Trinity Lutheran Seminary installed Kathryn Kleinhans as their newest dean on April 10. She’s already looking forward to Trinity’s partnership with Capital.
Kleinhans was working at Wartburg College in Waverly, Iowa, as a member of their religion staff before she came to Capital. She wasn’t looking for a job when Capital President Beth Paul reached out to her about the position at Trinity, but she decided that Trinity would be a good place for her. She has knowledge on the operations of both seminaries and universities, so she saw why she would be a good fit.
When looking at the merger of Capital and Trinity, Kleinhans sees benefits that aren’t strictly financial.
“There are things that we could actually do together to enrich the learning,” she said.
She discussed how the merger could give Capital students the opportunity to take some advanced courses in theology. It could also give Trinity students the opportunity to take classes in business or something else they’re interested in.
Although Kleinhans was installed April 10, she’s been working at Trinity since January. Her time there has allowed her to figure out what her goals are moving forward.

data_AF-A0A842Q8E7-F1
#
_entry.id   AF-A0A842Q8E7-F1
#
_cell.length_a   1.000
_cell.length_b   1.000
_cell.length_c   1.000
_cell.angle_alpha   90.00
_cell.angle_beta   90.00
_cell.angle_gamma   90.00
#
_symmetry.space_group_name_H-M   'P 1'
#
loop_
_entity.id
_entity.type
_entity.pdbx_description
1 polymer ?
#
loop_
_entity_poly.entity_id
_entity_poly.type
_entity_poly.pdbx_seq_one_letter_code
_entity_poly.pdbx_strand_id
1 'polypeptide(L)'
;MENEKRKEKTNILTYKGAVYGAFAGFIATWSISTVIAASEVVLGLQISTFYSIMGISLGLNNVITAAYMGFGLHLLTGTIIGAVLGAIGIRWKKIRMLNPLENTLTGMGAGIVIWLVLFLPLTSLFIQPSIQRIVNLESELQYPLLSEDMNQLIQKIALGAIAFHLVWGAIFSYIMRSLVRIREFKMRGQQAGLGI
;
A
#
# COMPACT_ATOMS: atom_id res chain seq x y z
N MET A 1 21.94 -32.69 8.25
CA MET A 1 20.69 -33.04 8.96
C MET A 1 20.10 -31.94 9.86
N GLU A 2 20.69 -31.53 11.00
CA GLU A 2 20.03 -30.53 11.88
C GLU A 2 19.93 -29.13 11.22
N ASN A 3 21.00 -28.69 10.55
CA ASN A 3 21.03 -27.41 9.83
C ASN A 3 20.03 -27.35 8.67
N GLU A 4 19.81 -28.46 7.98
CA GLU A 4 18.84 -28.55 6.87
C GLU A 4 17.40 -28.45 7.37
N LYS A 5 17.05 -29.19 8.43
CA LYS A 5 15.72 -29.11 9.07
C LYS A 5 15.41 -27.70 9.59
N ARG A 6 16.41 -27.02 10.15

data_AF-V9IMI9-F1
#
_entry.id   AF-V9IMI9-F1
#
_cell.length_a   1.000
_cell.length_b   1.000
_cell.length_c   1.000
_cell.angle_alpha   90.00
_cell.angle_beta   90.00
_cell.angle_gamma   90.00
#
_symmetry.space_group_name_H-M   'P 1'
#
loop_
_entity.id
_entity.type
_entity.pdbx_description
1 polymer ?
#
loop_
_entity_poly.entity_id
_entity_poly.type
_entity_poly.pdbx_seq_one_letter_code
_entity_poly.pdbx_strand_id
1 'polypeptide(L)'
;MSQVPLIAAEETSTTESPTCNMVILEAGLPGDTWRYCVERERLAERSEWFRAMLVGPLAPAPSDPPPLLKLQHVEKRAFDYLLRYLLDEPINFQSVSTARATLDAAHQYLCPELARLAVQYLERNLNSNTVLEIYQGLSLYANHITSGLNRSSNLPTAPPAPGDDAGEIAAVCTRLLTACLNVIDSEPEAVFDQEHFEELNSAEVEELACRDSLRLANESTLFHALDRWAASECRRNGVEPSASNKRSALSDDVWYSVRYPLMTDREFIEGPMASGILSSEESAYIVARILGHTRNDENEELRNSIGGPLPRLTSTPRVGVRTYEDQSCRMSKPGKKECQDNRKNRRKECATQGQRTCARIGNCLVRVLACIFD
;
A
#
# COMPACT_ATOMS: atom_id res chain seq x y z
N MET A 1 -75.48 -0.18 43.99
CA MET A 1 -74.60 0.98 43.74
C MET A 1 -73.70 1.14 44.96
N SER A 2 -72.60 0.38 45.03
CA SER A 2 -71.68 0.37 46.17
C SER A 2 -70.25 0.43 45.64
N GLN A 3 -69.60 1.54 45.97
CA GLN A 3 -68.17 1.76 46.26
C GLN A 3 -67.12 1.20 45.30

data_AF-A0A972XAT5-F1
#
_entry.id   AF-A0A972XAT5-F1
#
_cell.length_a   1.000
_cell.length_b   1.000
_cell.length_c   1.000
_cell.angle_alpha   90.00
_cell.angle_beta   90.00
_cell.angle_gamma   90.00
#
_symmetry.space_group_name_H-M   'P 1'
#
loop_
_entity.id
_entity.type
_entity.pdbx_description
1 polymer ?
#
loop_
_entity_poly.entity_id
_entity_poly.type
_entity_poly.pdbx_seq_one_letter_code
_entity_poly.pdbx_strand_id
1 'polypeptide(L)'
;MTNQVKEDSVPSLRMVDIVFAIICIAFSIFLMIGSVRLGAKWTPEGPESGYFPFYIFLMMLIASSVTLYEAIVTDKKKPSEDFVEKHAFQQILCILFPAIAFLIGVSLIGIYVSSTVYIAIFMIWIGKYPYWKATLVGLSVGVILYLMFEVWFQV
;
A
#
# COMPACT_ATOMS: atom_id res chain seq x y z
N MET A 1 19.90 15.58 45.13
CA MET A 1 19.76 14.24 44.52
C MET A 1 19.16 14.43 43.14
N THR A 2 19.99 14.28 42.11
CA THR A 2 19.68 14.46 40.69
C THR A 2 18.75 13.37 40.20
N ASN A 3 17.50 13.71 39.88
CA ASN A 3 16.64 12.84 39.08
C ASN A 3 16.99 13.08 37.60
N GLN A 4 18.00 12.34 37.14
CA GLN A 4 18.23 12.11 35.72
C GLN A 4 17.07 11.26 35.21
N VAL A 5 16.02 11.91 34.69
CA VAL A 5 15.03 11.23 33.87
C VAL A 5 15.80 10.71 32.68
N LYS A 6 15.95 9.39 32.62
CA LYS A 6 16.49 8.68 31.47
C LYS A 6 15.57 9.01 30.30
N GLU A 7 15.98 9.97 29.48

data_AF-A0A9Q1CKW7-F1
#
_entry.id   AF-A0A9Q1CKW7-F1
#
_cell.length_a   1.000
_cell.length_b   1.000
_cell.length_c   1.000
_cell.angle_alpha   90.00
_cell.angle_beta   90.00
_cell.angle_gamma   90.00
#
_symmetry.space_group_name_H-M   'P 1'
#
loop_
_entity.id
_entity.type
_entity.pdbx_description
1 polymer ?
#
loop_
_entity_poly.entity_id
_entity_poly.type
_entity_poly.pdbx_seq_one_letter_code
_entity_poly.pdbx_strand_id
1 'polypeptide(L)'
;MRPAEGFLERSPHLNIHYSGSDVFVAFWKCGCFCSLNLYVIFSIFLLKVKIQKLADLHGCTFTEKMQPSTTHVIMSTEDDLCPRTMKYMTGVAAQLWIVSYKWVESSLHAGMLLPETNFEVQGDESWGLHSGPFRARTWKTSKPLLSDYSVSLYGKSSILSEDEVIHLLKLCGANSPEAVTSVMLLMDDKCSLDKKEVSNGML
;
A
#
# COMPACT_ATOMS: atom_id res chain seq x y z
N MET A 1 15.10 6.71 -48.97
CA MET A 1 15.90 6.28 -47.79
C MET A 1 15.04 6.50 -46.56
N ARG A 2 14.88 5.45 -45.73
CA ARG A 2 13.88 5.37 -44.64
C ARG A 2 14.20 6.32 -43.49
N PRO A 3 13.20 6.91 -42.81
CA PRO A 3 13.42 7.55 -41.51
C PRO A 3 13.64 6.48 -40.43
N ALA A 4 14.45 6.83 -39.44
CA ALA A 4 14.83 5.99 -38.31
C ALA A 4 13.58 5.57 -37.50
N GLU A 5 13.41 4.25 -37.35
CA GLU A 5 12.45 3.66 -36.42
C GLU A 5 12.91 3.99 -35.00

“Trinity’s enrollment has declined, and one of my goals really is to raise enrollment,” she said. “I think that the education we provide here is really good education, and I would like more people to take advantage of it.” It may take a few years, but it’s definitely something she wants to accomplish.
The enrollment is something that she’s looking forward to working on right away, but she also has long term plans.
“I really am interested in exploring partnerships, not only here in the community, which I think the seminary already had, but also more partnerships with Capital,” she said.
Kleinhans wants students to not only take courses at different places around Trinity and Capital, but also be able to enroll in joint programs. There are already a few joint programs. Students can jointly pursue a J.D. at the law school and an M.T.S. at Trinity, but Kleinhans sees that there are more possibilities for joint programs.
For example, many students at Trinity are working to become deacons. Deacons carry out their ministry by being involved in aspects of service ministry . They can work in healthcare, as teachers, social workers and other helping professions. Those studying to become deacons would be able to study some of those subjects offered at Capital’s main campus.
Kleinhans adds that traditional students at Capital could benefit from being able to pursue something of a religious focus at Trinity.
“There may be an interest for some people there to think, ‘Well, not only do I want to become a nurse or a social worker, but I would like to do that as an expression of my faith.’”
Along with pursuing future goals, there are other reasons why Kleinhans is excited to be at Trinity.
“I really appreciate the faculty, staff and students here, and I’m just excited about developing new possibilities to make us even better as an institution.”